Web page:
Early uses of "refactor" found by searching in google books show that it has a different meaning in the early 1990s and before.
Before the 1970s (apart from misspellings of "refractor" or "refactory") its very rare appearances are associated with "finding the factors of factors
45 = (9)(5) = (3)(3)(5)
since the factor 9 was not prime it was necessary to refactor it.—(source)
However this does not seem to be related to the current meaning in computer science. For that you should look to its meaning in iterative processes. Particularly in the matrix form of Newton's method.
In this method, a matrix is calculated and at each step of the method a new matrix needs to be calculated. If the partial derivatives are known exactly then this is quick, but if the partial derivatives have be evaluated numerically, then finding the iteration matrix takes a long time. The process of finding a new iteration matrix was called "refactoring the matrix", and various computer science texts discuss how this slow refactoring can be avoided, or discuss the consequences of not refactoring the iteration matrix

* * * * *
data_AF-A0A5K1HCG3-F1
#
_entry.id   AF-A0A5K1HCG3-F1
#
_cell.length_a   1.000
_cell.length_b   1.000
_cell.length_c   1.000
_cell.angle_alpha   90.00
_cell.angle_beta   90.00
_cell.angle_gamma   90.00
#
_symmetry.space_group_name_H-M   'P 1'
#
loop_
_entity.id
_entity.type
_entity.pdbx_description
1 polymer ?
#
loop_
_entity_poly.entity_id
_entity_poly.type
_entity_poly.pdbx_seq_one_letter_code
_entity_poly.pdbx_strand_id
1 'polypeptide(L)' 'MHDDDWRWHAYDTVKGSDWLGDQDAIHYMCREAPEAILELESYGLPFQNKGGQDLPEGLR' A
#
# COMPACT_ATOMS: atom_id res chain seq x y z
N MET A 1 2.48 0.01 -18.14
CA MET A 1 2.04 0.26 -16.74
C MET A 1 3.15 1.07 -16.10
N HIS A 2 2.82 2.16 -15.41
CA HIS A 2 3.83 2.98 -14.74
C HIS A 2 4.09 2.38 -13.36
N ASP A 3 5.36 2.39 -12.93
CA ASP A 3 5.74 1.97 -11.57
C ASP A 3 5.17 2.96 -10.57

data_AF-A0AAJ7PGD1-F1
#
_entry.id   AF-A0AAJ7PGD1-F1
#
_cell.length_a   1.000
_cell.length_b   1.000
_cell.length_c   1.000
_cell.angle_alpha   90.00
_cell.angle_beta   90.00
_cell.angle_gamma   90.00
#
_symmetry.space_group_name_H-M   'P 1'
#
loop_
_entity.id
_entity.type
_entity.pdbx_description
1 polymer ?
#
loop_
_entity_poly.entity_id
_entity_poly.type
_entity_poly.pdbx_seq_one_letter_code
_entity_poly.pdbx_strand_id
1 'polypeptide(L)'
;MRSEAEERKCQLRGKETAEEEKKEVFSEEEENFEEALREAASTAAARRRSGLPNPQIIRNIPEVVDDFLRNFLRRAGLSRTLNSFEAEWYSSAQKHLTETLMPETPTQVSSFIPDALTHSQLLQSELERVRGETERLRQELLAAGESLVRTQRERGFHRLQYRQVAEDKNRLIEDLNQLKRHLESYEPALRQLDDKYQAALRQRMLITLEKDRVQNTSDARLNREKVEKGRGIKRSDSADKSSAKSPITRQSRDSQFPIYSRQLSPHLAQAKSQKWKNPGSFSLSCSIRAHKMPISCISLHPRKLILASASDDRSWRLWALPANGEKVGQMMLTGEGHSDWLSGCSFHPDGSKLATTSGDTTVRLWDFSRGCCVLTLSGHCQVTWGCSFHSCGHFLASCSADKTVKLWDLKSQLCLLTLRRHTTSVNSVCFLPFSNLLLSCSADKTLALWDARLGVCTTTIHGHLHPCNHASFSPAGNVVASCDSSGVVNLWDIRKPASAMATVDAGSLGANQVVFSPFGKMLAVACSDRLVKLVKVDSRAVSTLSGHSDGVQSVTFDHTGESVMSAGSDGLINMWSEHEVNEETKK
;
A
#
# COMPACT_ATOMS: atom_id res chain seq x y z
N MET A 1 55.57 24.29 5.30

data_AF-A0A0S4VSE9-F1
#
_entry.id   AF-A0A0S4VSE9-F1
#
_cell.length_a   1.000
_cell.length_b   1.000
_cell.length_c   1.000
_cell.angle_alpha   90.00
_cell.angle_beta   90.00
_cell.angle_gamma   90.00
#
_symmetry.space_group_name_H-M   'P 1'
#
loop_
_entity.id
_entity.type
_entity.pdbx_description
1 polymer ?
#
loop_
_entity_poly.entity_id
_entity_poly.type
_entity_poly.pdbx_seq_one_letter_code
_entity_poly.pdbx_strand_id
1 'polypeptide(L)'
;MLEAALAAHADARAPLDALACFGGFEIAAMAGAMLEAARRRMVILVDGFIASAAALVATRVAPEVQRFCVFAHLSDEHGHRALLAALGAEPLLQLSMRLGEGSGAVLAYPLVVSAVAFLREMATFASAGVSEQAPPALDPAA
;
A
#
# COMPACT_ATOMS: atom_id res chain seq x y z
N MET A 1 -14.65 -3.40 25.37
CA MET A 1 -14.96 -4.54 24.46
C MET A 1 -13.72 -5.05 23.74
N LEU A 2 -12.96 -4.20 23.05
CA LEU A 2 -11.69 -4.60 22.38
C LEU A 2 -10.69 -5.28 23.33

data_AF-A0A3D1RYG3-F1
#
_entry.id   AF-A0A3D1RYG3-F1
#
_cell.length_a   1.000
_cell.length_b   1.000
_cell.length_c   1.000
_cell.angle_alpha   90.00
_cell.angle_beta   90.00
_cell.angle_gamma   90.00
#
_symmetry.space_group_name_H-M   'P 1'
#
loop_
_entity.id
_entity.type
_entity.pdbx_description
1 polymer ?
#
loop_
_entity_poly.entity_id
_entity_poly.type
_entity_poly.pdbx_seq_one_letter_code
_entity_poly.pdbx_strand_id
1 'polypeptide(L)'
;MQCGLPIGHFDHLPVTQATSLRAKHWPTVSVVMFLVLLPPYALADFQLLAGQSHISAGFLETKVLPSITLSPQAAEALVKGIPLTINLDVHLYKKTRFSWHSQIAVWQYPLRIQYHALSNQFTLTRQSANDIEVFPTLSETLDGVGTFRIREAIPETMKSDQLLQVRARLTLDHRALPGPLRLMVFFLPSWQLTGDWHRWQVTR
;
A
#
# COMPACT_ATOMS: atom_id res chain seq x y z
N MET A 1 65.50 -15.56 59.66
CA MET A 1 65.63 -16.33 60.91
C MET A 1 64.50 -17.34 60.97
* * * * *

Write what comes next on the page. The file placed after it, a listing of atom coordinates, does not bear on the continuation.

from what I understand in your method, you don't refactor the stiffness matrix and in the modified Newton Raphson method you have to refactor the stiffness matrix every once in awhile. —(source)
The meaning of "improve code" was linked to the object-oriented programming movement, and early books on Smalltalk discuss programming as being an "iteration" of design-write-test-refactor
As with every facet of object-oriented application development, several iterations are required until we find the optimum distribution design. [...] Because designs tend to change during the implementation, it is necessary to refactor and optimize after the infrastructure is complete. —(source)
It is reasonable to suppose the word was coined from Latin roots (factor = make) to describe the process of building a new iteration matrix, and then was adopted for an iterative approach to writing code.